# Integration of some root functions.

while trying to help the daughter of my cousin to understand Integrals, I see that I forget about some of the integral calculations. Can someone help me with that one, please?

$$\int_0^1 \Bigl(\sqrt{(1-x^7)}-\sqrt{(1-x^3)} \Bigr) dx$$

(this is not a homework, I'm trying to understand and explain to her how things work.)

I have a clue like..

$$\sqrt{(1-x^7)} = y$$ $$(1-x^7) = y^3$$ $$(1-y^3) = x^7$$ $$x = \sqrt{(1-y^3)}$$

but that is all...

Hint:

What's is the area of curve $$x^3+y^7=1$$ in $$x\in[0,1]$$

$$\int_0^1 y\ dx=\int_{x=0}^{x=1} x \ dy$$

• Ah yes, we missed that it is equals to 1. Great, thanks! – tanaydin Dec 14 '18 at 13:44
• @tanaydin, What is $=1?$ – lab bhattacharjee Dec 14 '18 at 13:50
• area of the curve is 0, (if I'm not wrong) – tanaydin Dec 14 '18 at 14:03
• @tanaydin, You are correct – lab bhattacharjee Dec 14 '18 at 14:05
• ok, we will study a bit more :) – tanaydin Dec 14 '18 at 14:39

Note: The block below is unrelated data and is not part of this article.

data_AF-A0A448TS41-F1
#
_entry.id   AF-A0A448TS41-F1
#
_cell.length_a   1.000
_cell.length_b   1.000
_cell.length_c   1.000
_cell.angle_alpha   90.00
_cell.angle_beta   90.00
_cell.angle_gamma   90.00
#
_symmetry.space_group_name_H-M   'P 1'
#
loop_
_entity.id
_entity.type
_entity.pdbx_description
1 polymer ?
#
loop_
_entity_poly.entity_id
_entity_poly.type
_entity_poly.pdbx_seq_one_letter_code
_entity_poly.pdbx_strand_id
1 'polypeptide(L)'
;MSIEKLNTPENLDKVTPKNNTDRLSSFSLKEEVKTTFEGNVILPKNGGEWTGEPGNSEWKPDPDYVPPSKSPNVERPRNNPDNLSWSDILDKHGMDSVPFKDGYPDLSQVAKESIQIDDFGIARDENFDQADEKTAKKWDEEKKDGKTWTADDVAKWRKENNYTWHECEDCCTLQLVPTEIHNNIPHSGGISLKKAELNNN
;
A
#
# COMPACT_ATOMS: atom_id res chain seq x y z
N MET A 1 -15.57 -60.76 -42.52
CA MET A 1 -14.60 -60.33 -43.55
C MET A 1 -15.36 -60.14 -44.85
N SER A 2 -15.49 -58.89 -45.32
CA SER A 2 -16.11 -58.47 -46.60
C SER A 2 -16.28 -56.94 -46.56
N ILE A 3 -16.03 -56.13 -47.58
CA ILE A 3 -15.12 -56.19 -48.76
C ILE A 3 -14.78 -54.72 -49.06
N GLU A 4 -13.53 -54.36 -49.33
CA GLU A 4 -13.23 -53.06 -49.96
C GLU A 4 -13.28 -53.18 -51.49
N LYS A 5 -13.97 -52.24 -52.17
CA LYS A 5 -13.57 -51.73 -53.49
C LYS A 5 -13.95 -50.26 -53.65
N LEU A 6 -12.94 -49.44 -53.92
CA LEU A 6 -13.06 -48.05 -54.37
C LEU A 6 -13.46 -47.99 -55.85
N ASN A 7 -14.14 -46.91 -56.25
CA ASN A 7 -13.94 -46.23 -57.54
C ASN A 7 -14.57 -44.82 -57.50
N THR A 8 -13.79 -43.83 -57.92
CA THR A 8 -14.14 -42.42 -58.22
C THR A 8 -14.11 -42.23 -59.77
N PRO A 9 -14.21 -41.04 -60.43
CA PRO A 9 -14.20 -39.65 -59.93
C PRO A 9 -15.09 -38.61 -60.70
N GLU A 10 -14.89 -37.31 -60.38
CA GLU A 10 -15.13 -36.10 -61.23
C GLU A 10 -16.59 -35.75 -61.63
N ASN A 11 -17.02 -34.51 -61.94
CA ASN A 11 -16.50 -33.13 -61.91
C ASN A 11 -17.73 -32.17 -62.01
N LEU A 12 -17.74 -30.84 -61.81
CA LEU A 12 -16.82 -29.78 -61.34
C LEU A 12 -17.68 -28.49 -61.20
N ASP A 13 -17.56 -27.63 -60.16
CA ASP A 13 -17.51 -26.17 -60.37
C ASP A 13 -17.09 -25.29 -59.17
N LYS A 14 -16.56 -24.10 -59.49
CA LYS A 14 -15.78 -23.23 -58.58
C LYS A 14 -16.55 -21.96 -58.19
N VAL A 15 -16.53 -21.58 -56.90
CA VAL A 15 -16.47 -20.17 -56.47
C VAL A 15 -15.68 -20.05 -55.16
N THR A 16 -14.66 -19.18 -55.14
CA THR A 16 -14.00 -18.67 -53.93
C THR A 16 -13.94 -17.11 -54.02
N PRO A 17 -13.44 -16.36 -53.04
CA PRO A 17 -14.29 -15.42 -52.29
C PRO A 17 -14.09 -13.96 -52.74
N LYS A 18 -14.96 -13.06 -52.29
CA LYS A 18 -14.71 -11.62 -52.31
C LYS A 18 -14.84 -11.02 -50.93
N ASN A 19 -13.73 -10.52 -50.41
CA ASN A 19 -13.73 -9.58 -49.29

There is a nice insight to be gleaned here.

First of all, note that the two integrands are inverse functions of each other, that is, if $$f(x) = (1-x^7)^{\frac 13}$$, then $$f^{-1}(x) = (1-x^3)^{\frac 17}$$.

Also note that $$f(0) = 1$$ and $$f(1) = 0$$. If you represent a function and its inverse on a graph (the exact shapes don't matter), they will be superimposed on each other by reflection about the line of identity $$y=x$$. A simple curve sketch (and your job is easy because the shapes don't matter that much, just where they start and end and the fact that one is the mirror image of the other about $$y=x$$) should convince you and your student that the difference in area under the curve is zero for the interval $$[0,1]$$.

Need something more rigorous and "mathematical"? Well, there's this nice identity which can be proven with integration by parts:

$$\int_a^bf(x) dx = bf(b) - af(a) - \int_{f(a)}^{f(b)}f^{-1}(x)dx$$

In this problem, $$a = 0, b = 1, f(a) = 1, f(b) = 0$$. You can now prove directly that the required integral vanishes.